Old Black Buck
inUncategorizedon May 3, 2013
One hot summer day, I was on the porch of Ezelle’s drink house with Captain Luke listening to his wild stories about Guitar Gabriel. He trailed off of one particularly interesting tale, despite my pleas to continue. Then, to my surprise, he picked up my guitar and started to strum a strong country beat and sang a wonderful ode to his old mule.
I had heard Luke sing dozens of old blues and sentimental songs. He always had great interpretations of classics and a unique sense of timing. Until that point, I had never heard him perform a song that he had written. Luke had grown up on the farm, and his tune brought me back to the furrows of that South Carolina farm, walking barefoot behind his Uncle Jessie as they toiled in the brutally hot Southern summers. The song was joyful and it demonstrated a mastery of the folk song idiom. I always sensed the Captain was a great artist, and if he had only one song to write, he could not have done better.
In 1999 we had moved to an old tobacco farm in the nearby town of Pinnacle. We helped guitarist Cool John Ferguson relocate to a house down the street from us and we spent a couple years recording and rehearsing with many artists. Our first project was to make a record for Captain Luke. Upon my urging, Luke agreed to sing “Old Black Buck.” As Luke sang, Cool composed an intricate, lovely country guitar piece on the spot. I could not believe it! These two blues musicians created a tune as beautiful and timeless as any classic Southern folk melody.
Country musical traditions run deep in African-American culture. It is often ignored that before the advent of the blues, slaves played violins and banjos, and many of staples in a country fiddler’s repertoire are old minstrel tunes. Both Captain Luke and Cool John had enjoyed and performed country music their whole lives, so it should be no surprise that they have mastery of the folk idiom.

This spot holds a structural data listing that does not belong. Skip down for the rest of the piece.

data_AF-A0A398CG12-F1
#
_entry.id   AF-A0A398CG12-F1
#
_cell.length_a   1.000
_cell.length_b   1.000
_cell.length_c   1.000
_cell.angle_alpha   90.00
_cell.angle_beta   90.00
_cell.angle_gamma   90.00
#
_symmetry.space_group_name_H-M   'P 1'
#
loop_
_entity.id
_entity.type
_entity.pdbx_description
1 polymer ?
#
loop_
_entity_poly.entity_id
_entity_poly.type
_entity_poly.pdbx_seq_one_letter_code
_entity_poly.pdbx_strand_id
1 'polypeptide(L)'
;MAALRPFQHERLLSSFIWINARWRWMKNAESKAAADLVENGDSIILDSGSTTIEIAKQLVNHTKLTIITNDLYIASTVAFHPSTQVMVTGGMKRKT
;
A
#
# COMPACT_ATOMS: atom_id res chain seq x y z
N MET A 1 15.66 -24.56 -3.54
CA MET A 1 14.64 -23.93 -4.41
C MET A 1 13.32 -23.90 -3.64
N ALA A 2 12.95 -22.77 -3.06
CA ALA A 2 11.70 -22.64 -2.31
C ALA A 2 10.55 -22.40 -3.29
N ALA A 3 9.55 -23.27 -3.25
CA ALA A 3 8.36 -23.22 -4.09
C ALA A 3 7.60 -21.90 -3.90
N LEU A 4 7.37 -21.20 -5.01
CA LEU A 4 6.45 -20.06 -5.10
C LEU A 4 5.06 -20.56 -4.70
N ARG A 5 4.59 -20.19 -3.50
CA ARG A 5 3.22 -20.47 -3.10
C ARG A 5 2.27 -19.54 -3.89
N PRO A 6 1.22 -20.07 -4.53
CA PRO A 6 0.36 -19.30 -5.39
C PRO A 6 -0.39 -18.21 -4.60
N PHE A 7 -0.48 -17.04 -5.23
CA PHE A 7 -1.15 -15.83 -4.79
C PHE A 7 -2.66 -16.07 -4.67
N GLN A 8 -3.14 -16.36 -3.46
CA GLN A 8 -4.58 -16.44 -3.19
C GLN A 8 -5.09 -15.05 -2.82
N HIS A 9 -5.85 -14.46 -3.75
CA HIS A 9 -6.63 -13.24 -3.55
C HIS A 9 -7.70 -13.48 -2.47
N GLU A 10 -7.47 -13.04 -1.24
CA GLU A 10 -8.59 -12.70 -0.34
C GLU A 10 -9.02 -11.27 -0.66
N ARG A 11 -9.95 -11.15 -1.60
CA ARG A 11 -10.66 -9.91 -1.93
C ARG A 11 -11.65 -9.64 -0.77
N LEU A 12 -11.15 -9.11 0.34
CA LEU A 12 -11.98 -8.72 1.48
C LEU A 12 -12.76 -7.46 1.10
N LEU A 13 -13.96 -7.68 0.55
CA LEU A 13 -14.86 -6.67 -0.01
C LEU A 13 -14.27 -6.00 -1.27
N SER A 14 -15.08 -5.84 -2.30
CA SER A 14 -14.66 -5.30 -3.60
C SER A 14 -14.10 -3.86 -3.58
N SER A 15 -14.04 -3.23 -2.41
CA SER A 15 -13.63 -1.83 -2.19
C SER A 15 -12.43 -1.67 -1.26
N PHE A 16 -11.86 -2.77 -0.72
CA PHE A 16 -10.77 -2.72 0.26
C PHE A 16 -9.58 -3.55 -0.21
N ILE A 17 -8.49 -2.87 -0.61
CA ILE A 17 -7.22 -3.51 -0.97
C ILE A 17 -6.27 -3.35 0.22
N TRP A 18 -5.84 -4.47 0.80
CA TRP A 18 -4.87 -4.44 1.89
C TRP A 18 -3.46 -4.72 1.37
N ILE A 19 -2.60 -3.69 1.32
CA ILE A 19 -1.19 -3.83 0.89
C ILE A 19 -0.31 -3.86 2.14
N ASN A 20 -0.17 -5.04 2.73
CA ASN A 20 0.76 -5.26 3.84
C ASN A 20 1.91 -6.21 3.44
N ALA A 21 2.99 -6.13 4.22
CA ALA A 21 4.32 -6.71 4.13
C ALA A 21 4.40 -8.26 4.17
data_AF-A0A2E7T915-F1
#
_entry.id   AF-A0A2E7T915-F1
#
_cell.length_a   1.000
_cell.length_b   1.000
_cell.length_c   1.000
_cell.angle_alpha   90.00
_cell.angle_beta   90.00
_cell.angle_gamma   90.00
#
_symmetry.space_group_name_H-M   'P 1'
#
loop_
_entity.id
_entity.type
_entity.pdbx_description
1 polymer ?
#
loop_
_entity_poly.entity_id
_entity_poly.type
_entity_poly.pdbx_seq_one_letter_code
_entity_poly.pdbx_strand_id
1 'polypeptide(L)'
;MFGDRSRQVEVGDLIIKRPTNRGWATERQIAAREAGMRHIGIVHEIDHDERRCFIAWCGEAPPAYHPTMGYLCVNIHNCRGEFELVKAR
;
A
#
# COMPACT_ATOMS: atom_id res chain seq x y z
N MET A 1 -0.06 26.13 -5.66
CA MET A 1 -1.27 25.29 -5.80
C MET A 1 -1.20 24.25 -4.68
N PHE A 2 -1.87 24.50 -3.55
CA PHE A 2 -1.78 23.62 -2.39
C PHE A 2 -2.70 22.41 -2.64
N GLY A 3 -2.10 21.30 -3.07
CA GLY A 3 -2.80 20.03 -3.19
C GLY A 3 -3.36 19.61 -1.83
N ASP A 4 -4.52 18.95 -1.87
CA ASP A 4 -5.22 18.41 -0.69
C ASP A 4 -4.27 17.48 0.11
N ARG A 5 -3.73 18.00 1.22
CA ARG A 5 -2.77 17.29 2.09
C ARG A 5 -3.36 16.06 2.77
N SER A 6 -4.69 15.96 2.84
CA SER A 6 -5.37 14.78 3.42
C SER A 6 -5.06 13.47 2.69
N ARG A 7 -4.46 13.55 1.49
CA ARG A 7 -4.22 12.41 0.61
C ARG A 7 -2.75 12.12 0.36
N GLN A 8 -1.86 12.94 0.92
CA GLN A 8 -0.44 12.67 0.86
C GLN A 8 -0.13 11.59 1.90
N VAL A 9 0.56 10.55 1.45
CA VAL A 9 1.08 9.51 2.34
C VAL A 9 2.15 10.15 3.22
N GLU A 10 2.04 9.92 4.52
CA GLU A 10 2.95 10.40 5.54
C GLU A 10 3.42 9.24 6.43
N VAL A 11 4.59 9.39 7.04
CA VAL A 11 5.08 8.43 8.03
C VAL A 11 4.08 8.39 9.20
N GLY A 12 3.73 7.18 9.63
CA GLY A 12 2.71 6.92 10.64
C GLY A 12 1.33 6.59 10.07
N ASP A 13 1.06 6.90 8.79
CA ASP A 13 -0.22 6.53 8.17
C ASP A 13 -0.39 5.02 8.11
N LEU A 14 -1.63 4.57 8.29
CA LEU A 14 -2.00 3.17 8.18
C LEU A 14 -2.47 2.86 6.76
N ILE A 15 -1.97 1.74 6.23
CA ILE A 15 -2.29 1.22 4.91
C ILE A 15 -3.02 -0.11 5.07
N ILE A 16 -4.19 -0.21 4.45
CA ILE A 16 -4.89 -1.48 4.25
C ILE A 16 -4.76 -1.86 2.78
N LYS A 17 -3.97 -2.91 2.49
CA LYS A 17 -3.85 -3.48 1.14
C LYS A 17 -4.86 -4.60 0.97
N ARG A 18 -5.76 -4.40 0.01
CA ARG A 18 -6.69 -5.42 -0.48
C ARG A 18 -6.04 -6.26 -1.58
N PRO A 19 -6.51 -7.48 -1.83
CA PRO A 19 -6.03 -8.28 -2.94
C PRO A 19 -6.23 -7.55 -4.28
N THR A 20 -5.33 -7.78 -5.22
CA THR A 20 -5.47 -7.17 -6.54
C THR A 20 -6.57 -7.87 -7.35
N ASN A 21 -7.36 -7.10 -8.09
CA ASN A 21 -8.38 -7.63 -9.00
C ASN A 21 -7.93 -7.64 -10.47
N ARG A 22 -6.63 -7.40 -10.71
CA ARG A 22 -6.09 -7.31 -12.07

Since that session, Captain Luke has performed “Old Black Buck” every time he has taken the stage. Audiences are instantly enamored by his voice and the story of his old mule. He has received tremendous applause after each performance, ranging from venues like Lincoln Center in New York to stages throughout France, Germany, Switzerland, Belgium and Spain.
Luke will often comment that his favorite people on this side of the pond were his fans in Argentina: in 2005 he was invited by the legendary guitar maestro Botafoga to tour this country. Luke performed on national radio, television and at concerts at soccer stadiums, schools and clubs through out the country. On the last nights we performed in the theatre district of Buenos Aires. These shows were sold out, and Botafoga’s band had charted arrangements to Luke’s idiosyncratic timing. When the band followed his voice with all its delays and turnarounds, Luke just smiled, chuckled and his deep baritone mined even greater depths. Luke had reached back to that summer day in Winston-Salem, when he had created a song that would be heard around the world. He considered himself lucky to join that song on its journey, meeting new friends and seeing places he never dreamed he would ever go.